Customers are still seeking sustainable solutions – but ones that also guarantee hygiene according to Kärcher’s corporate communications manager Linda Schroedter. “Hygiene and sustainability are not contrasting disciplines, though there has definitely been a heightened awareness of the importance of cleaning, disinfection and hygiene in everyday environments as a result of the pandemic,” she said.
Demand for disinfection solutions has significantly increased, she adds. “New hygiene standards have been established in industries such as hospitality, education and public transport and these can only be achieved by more frequent cleaning and disinfection protocols.”
However she believes disinfection is not always necessary – and is sometimes not even useful. “Good cleaning practices using modern equipment will in themselves reduce the risk of spreading the virus by more than 98 per cent,” she said. “However, customers often ask about aggressive chemicals for disinfection purposes, and they are not always aware about the impact these may have on human health or the environment.”
According to Schroedter, mechanical floor cleaning achieves an effective clean while also saving water and detergent. “Similarly, steam cleaning and hot water high pressure cleaning are both sustainable methods of deactivating viruses since they work without chemical agents,” she said.
Kärcher offers a range of scrubber dryers, steam cleaners, high pressure cleaners and vacuums that are said to offer sustainability benefits.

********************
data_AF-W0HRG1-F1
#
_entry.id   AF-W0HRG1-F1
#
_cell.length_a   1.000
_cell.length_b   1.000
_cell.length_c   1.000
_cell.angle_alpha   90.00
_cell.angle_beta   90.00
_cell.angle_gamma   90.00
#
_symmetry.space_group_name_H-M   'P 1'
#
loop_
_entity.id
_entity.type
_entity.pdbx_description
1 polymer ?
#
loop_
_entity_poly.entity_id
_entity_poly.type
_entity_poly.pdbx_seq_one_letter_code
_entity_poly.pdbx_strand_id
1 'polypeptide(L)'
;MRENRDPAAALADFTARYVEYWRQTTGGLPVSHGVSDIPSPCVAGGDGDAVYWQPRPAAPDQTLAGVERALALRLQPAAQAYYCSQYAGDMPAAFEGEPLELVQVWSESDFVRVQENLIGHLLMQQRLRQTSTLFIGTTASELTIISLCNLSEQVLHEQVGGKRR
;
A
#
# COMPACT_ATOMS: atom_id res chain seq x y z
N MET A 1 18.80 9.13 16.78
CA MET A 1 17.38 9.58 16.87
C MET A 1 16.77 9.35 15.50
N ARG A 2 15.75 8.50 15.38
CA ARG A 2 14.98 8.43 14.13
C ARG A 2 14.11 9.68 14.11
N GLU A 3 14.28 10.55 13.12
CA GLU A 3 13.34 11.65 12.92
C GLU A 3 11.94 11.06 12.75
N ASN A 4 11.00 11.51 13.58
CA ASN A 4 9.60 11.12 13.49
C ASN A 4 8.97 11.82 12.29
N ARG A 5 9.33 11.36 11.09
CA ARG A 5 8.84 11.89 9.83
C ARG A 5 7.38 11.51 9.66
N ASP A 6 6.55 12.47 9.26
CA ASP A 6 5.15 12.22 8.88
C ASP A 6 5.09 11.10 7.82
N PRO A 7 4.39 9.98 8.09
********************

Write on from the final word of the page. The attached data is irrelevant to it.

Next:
Like other commentators, Schroedter has noted an increased demand for disposable products. “These are particularly suitable for public-facing situations such as retail and hospitality environments - and when used in the right way and disposed of properly they are a good alternative to reusable textiles,” she said.
According to Schroedter, the sustainability of disposables should be compared with the life cycle of reusable textiles including the chemicals and energy required for washing, collecting and transporting them plus the materials and techniques used to make them.
While demand for hygienic cleaning processes has currently become dominant, she says there are other factors to consider beyond the current pandemic. “Covid-19 is only one kind of virus and there are many others that can cause harm to humans and that need to be deactivated through hygienic cleaning,” she said. “And at the end of the day, it is those people carrying out the work who are all-important in achieving a sustainable and effective clean.
“It is therefore key to employ motivated staff who are thoroughly trained in good practices and who can operate the cleaning tools they are equipped with in a hygienic and sustainable way.”